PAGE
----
My objection is simply that every bit of it is utterly irrelevant.

See: a biblical survey of miracles shows them to be God's way of making a point about His plan in history as it crosses a necessary milestone.  He ordains a miracle when the path forward to the cross is further enlightened in the OT, and then again in the NT, culmination not merely in the Death of Christ, but in (as Paul values so much) the Resurrection of Christ.  Then: the Apostles are personally sent (Paul last of all) to take the message from Israel to all the world, and commit the final word from God on the subject (cf. Heb 1:1-4) into Scripture and deliver the faith once for all time to the saints.

But: miracles and wonders and sign gifts are not are the normative way the church needs to operate.  You know, when Paul writes to Timothy he doesn't say, "the aim of my charge is fire and power and an anointing of seven McGuffins."  He doesn't send the church down a path where it's waiting for the next fantastic flame of fire to set down in their midst.  He sends them after joy, peace, patience, kindness, goodness, self control -- and love.

He sends them into the real world where the Holy Spirit does something more important than melting the faces off the Nazis who open the Lost Ark.  He sends them out to be ambassadors of God, preaching repentance.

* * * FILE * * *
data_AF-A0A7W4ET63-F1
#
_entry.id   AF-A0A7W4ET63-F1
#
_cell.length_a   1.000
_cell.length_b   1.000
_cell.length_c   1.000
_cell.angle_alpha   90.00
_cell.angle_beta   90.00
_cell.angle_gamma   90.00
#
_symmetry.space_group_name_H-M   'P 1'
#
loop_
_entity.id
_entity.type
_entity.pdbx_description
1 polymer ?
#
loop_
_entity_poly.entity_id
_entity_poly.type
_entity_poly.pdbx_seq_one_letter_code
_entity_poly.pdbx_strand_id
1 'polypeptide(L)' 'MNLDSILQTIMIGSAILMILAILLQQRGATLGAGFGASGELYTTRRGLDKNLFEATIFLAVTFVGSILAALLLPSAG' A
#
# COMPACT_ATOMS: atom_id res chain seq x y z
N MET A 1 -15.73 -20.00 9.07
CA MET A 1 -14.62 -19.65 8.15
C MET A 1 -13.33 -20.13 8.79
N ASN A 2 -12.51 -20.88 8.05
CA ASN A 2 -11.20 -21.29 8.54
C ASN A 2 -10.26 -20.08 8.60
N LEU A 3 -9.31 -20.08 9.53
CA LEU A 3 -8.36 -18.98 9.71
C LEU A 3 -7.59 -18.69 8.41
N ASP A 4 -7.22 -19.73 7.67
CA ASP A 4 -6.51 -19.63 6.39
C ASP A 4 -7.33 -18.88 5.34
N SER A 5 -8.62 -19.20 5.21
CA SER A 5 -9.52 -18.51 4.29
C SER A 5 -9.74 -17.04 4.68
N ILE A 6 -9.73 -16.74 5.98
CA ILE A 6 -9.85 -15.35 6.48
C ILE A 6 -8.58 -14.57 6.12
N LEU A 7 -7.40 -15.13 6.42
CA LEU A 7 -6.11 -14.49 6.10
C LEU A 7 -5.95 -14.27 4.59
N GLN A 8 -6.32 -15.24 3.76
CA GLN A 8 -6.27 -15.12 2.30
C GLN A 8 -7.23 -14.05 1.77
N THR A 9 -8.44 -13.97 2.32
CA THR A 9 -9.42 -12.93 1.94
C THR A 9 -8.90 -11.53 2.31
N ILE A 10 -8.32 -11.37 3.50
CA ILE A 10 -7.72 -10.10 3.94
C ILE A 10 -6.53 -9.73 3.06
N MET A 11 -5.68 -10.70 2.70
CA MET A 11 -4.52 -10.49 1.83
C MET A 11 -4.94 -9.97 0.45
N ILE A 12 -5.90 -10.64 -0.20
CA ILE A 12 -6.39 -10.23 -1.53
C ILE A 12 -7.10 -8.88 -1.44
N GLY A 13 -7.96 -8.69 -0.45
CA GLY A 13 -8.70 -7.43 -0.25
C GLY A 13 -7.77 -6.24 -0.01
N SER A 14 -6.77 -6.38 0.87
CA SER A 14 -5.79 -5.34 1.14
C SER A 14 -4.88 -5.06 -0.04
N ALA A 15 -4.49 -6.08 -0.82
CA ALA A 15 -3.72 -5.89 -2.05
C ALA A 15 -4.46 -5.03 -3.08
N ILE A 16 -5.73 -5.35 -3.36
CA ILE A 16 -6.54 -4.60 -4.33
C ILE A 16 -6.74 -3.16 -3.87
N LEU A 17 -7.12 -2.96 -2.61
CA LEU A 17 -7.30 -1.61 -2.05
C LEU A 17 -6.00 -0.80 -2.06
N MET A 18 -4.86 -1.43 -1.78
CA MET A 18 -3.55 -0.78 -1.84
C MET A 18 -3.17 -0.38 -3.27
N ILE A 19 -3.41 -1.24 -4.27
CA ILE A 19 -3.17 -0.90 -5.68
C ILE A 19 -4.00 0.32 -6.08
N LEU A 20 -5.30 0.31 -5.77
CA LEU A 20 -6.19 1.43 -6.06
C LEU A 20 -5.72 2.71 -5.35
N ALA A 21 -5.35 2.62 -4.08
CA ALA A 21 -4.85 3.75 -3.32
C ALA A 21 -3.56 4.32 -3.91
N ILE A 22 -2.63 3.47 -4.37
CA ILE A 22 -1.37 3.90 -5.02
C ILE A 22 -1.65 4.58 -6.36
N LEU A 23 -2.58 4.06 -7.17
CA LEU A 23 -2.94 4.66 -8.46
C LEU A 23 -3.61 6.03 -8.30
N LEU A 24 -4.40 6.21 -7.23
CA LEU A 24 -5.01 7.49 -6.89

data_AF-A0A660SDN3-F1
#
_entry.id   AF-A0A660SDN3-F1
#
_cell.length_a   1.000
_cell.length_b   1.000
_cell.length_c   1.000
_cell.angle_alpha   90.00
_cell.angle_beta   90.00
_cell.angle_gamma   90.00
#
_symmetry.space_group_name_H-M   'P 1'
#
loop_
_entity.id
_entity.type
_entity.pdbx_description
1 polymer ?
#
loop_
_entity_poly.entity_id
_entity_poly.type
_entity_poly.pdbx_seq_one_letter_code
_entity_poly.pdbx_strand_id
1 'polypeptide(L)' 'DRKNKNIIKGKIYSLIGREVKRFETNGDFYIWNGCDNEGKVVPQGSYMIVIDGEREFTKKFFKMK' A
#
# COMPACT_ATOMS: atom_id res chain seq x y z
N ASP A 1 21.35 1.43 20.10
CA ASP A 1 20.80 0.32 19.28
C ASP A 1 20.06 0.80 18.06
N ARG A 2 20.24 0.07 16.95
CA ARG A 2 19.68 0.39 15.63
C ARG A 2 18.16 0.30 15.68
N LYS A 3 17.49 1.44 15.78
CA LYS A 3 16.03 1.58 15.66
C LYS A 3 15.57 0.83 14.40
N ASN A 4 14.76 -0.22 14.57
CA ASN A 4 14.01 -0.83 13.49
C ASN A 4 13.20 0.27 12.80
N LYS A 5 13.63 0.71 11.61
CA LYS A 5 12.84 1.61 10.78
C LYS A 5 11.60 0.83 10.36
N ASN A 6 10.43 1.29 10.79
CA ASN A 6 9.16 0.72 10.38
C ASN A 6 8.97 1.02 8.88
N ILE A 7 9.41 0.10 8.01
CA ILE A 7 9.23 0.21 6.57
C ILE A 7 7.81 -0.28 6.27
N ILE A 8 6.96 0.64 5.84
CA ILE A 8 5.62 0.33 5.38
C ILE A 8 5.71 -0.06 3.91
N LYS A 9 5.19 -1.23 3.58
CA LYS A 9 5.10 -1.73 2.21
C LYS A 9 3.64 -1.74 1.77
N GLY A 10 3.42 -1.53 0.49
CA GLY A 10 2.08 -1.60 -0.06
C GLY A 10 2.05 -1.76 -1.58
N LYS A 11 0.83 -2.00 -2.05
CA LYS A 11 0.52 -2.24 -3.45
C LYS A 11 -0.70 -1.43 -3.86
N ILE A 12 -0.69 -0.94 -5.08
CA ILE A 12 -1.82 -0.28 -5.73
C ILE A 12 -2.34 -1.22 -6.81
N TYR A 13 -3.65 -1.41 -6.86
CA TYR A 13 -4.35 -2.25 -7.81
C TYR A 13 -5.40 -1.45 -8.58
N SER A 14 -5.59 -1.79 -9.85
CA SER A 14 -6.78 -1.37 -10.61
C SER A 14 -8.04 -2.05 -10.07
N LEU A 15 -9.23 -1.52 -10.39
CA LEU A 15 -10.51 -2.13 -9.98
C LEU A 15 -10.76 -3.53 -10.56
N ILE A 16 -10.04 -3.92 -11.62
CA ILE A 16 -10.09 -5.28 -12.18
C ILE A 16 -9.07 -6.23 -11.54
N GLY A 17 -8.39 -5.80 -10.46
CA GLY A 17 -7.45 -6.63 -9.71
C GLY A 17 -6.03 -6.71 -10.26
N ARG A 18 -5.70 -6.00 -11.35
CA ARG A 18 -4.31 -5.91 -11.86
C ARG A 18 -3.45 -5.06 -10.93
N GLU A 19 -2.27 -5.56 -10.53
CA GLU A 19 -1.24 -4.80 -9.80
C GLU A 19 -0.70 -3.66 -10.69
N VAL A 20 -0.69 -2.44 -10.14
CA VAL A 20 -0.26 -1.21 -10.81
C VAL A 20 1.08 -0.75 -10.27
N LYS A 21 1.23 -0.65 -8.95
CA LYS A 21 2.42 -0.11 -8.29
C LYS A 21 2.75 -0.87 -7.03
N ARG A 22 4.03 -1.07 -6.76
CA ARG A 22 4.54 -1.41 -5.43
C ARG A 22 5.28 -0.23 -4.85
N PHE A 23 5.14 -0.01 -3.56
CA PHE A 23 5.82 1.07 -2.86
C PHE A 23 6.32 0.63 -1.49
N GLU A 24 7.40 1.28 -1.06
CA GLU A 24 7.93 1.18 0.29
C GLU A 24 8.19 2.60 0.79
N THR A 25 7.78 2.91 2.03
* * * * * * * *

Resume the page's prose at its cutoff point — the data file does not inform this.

TPSP: So you do believe in the Holy Spirit?  You think he's necessary for the church, yes?

FT:  Yes, of Course.  I have to believe John 13-15.  I believe in the Holy Spirit -- Dan does, too.

TPSP: but not a Holy Spirit who does Miracles?

FT: yeah, now you're making me angry.  It's been a few years since I posted the standard affirmations and denials of the run-of-the-mill cessationist, so here they are for reference:

I affirm that Reformation theology requires the personal action of God the Holy Spirit for the life of the Church.

I deny that this work necessarily includes speaking in tongues (as in Acts 2 as well as in so-called "private prayer langauges"), healing the sick or raising the dead by explicit command, prophecy in the sense that Isaiah and John the Baptist were prophets, or any other "sign-and-wonder"-like exhibition. That is: I deny that these actions are necessary for the post-apostolic church to function as God intended.


I affirm that miracles happen today. No sense in prayer and believing in a sovereign God if he's not going to ever be sovereign, right?

I deny that there is any man alive today who is gifted to perform miracles as Christ and the Apostles where gifted to perform miracles.


I affirm that God is utterly capable of, and completely willing, to demonstrate "signs and wonders" at any time, in any place, according to his good pleasure and for his great purpose.

I deny that this activity is common, normative, necessary, nor is it in the best interest of God's people to been seen as common, normative and/or necessary. God in fact warns us against seeking signs rather than the thing signified repeatedly in the OT and NT.


I affirm the real presence of the Holy Spirit in the church of Jesus Christ as Jesus said He would be present in John 13-15.